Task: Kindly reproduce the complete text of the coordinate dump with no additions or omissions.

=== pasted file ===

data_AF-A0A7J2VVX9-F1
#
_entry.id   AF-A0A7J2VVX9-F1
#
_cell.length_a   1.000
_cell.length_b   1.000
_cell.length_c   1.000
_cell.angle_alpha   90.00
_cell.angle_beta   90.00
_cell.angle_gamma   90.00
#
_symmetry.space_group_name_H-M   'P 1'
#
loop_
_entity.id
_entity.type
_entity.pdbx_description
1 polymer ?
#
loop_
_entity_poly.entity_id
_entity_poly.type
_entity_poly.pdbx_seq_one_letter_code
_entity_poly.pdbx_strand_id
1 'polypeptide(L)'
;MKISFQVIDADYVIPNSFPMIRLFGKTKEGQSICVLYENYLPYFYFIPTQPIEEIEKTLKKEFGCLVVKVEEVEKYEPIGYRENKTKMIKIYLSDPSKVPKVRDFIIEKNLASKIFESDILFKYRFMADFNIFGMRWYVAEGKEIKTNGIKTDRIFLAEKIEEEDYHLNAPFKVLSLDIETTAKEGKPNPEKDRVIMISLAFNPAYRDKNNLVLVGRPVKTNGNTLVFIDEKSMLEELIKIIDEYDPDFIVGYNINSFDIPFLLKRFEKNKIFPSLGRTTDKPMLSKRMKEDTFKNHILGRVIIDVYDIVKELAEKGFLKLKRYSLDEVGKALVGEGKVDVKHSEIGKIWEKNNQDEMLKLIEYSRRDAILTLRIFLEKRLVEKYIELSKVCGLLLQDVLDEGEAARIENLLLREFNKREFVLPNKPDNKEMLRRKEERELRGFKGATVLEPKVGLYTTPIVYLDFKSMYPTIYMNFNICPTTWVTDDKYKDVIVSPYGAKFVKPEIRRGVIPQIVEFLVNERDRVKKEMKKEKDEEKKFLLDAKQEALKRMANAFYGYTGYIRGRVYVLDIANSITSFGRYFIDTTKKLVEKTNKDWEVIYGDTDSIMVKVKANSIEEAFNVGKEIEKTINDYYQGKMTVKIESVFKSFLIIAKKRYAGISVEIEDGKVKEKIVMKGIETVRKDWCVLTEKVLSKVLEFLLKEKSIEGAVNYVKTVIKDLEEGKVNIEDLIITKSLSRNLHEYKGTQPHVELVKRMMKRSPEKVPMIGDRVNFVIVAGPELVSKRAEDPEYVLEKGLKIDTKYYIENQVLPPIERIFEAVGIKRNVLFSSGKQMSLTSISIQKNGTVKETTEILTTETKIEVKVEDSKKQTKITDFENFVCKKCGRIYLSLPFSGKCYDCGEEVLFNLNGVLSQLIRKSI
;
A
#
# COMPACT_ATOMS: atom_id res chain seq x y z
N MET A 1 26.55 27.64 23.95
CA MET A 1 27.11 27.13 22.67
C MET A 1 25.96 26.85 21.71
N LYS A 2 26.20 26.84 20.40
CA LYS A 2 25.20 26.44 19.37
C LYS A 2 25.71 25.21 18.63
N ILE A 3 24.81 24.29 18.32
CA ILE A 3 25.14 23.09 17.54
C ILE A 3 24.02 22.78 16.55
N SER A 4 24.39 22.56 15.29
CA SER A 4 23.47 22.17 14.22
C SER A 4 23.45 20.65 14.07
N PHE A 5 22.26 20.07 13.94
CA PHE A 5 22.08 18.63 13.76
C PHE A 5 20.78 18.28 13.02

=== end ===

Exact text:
data_AF-A0A7J2VVX9-F1
#
_entry.id   AF-A0A7J2VVX9-F1
#
_cell.length_a   1.000
_cell.length_b   1.000
_cell.length_c   1.000
_cell.angle_alpha   90.00
_cell.angle_beta   90.00
_cell.angle_gamma   90.00
#
_symmetry.space_group_name_H-M   'P 1'
#
loop_
_entity.id
_entity.type
_entity.pdbx_description
1 polymer ?
#
loop_
_entity_poly.entity_id
_entity_poly.type
_entity_poly.pdbx_seq_one_letter_code
_entity_poly.pdbx_strand_id
1 'polypeptide(L)'
;MKISFQVIDADYVIPNSFPMIRLFGKTKEGQSICVLYENYLPYFYFIPTQPIEEIEKTLKKEFGCLVVKVEEVEKYEPIGYRENKTKMIKIYLSDPSKVPKVRDFIIEKNLASKIFESDILFKYRFMADFNIFGMRWYVAEGKEIKTNGIKTDRIFLAEKIEEEDYHLNAPFKVLSLDIETTAKEGKPNPEKDRVIMISLAFNPAYRDKNNLVLVGRPVKTNGNTLVFIDEKSMLEELIKIIDEYDPDFIVGYNINSFDIPFLLKRFEKNKIFPSLGRTTDKPMLSKRMKEDTFKNHILGRVIIDVYDIVKELAEKGFLKLKRYSLDEVGKALVGEGKVDVKHSEIGKIWEKNNQDEMLKLIEYSRRDAILTLRIFLEKRLVEKYIELSKVCGLLLQDVLDEGEAARIENLLLREFNKREFVLPNKPDNKEMLRRKEERELRGFKGATVLEPKVGLYTTPIVYLDFKSMYPTIYMNFNICPTTWVTDDKYKDVIVSPYGAKFVKPEIRRGVIPQIVEFLVNERDRVKKEMKKEKDEEKKFLLDAKQEALKRMANAFYGYTGYIRGRVYVLDIANSITSFGRYFIDTTKKLVEKTNKDWEVIYGDTDSIMVKVKANSIEEAFNVGKEIEKTINDYYQGKMTVKIESVFKSFLIIAKKRYAGISVEIEDGKVKEKIVMKGIETVRKDWCVLTEKVLSKVLEFLLKEKSIEGAVNYVKTVIKDLEEGKVNIEDLIITKSLSRNLHEYKGTQPHVELVKRMMKRSPEKVPMIGDRVNFVIVAGPELVSKRAEDPEYVLEKGLKIDTKYYIENQVLPPIERIFEAVGIKRNVLFSSGKQMSLTSISIQKNGTVKETTEILTTETKIEVKVEDSKKQTKITDFENFVCKKCGRIYLSLPFSGKCYDCGEEVLFNLNGVLSQLIRKSI
;
A
#
# COMPACT_ATOMS: atom_id res chain seq x y z
N MET A 1 26.55 27.64 23.95
CA MET A 1 27.11 27.13 22.67
C MET A 1 25.96 26.85 21.71
N LYS A 2 26.20 26.84 20.40
CA LYS A 2 25.20 26.44 19.37
C LYS A 2 25.71 25.21 18.63
N ILE A 3 24.81 24.29 18.32
CA ILE A 3 25.14 23.09 17.54
C ILE A 3 24.02 22.78 16.55
N SER A 4 24.39 22.56 15.29
CA SER A 4 23.47 22.17 14.22
C SER A 4 23.45 20.65 14.07
N PHE A 5 22.26 20.07 13.94
CA PHE A 5 22.08 18.63 13.76
C PHE A 5 20.78 18.28 13.02